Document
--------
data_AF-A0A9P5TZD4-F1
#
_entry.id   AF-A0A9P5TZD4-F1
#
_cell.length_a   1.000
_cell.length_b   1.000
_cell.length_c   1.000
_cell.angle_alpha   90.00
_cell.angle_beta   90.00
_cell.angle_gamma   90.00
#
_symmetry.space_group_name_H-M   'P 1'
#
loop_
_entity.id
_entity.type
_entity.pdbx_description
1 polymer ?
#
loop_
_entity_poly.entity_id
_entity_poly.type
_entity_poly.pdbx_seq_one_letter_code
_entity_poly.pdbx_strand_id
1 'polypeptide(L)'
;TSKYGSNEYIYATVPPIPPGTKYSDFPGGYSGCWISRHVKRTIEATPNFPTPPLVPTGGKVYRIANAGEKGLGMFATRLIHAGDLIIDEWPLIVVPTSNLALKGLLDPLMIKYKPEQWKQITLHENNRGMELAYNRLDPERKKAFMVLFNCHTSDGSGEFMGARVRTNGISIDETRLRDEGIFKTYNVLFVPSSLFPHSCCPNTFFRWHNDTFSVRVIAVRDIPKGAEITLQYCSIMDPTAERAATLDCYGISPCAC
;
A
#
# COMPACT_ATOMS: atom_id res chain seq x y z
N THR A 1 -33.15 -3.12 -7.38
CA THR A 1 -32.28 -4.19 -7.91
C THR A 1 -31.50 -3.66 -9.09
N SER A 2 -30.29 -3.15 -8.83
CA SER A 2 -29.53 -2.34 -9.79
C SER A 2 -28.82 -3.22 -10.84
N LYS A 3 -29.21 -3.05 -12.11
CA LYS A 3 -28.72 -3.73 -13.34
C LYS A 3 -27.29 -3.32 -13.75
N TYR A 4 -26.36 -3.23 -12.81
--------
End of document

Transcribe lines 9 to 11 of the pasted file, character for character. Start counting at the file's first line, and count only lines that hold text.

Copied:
_cell.angle_beta   90.00
_cell.angle_gamma   90.00
#